Becketwood Cooperative
An Active, Independent 55+ Community of Owners in Minneapolis

Brick House Days – Part 1

by Iric Nathanson, Becketwood Member

Becketwood Neighbors:

Earlier this year, when I was researching the history of the Sheltering Arms Orphanage at the Minnesota Historical Society,  I came across an unmarked envelope at the bottom of a box of orphanage records. I opened the envelope and discovered a typed manuscript dated March 1937. The title page read “Brick House Days.”  It was an account by a man named Ned Lilleveld of the time he had spent at Sheltering Arms. Ned’s account was based on a journal he had kept as a young boy twenty years earlier.

Like many of the young people who lived at Sheltering Arms between 1910 and 1942, Ned’s stay there was relatively brief. He was at the orphanage for less than a year while his mother was at the Glen Lake Sanitorium, recovering from tuberculosis.

Since our cooperative is built on the former Sheltering Arms site, I thought you might be interested in Ned’s story.

Iric Nathanson

December 2016

Click here for a PDF of part 1.

Stay tuned for parts 2 and 3....

Leave a Reply

  • Carol Masters February 3, 2017, 9:48 pm

    Historical fiction with some real characters… and a poignant tale.

  • Rick Musser February 4, 2017, 1:57 am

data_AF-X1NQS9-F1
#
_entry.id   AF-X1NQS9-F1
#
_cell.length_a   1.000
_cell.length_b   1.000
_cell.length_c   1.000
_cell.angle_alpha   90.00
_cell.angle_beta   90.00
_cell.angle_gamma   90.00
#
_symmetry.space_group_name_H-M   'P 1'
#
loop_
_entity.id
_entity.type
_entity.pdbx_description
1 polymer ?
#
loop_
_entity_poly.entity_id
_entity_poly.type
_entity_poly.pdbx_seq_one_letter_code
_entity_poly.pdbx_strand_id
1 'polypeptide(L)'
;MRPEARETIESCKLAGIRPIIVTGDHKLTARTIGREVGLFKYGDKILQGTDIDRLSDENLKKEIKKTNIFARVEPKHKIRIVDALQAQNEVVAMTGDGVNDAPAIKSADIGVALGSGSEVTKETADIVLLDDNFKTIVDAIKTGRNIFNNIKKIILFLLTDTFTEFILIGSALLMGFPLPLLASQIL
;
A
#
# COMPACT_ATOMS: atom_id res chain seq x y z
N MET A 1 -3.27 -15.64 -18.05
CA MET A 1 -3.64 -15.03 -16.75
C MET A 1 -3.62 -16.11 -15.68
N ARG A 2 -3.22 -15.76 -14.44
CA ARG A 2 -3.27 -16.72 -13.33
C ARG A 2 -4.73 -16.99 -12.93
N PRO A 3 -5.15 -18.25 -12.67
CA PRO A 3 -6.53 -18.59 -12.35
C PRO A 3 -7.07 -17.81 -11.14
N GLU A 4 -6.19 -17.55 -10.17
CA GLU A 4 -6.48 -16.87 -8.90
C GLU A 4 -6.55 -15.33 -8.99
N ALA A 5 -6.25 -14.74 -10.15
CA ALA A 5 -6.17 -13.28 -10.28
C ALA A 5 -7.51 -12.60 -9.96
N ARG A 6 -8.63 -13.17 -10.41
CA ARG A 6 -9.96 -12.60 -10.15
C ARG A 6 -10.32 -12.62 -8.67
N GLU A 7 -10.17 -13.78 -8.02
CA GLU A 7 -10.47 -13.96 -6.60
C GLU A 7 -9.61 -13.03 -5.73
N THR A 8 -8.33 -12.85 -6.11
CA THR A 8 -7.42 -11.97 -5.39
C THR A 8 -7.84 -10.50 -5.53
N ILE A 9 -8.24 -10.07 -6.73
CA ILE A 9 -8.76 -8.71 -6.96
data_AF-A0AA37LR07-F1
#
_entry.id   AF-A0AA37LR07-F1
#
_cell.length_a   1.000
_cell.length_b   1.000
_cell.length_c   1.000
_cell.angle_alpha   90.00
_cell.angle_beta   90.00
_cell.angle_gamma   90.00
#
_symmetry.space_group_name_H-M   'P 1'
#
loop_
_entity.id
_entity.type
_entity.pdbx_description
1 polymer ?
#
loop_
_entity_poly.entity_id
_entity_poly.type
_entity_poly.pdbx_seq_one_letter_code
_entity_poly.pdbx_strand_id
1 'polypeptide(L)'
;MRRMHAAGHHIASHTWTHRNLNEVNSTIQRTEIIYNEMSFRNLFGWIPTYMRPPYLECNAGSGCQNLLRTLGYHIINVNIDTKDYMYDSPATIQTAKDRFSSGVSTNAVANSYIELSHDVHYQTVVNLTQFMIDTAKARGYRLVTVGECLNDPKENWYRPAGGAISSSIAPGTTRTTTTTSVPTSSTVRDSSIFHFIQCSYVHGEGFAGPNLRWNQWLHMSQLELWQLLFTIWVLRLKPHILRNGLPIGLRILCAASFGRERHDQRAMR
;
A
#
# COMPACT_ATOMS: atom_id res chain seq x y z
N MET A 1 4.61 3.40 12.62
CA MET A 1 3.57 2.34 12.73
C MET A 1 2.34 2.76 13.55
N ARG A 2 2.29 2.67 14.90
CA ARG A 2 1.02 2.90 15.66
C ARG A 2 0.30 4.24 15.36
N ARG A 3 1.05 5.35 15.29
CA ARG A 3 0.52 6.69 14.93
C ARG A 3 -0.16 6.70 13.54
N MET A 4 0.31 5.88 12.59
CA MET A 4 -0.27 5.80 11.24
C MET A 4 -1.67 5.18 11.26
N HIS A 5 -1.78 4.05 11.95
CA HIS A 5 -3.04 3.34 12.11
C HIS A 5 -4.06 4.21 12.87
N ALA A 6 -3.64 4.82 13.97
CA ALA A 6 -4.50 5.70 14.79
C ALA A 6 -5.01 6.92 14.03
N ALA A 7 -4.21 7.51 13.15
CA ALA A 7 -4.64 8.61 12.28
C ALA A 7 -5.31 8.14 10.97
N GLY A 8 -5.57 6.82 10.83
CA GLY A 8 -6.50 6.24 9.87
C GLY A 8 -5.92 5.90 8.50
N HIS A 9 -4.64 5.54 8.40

The Brick House is just like reading a local version of Tom Sawyer. Don’t think I’ve had this much fun since Injun Joe and Huckleberry Finn.

  • carol bechtel February 4, 2017, 3:06 am

    What a find! Ned Lilleveld is sure some storyteller. Bring on parts 2 & 3!

  • Judy Solmonson February 4, 2017, 8:23 pm

    What a great story! I can hardly wait for the next chapters. It brings a whole new sense of history to our home here.

  • Nancy Christen February 4, 2017, 11:46 pm

    Love the story Iric and can’t wait to get the rest of it! It makes me want to learn much more about Sheltering Arms.

  • Elaine Churchill February 20, 2017, 6:12 pm

    Did you know that we had a member who lived at Sheltering Arms? Her name was Henrietta. We called her Henry. She had red hair. Her story was very interesting. Ned was quite an accomplished writer for such a young boy. I found it most enjoyable.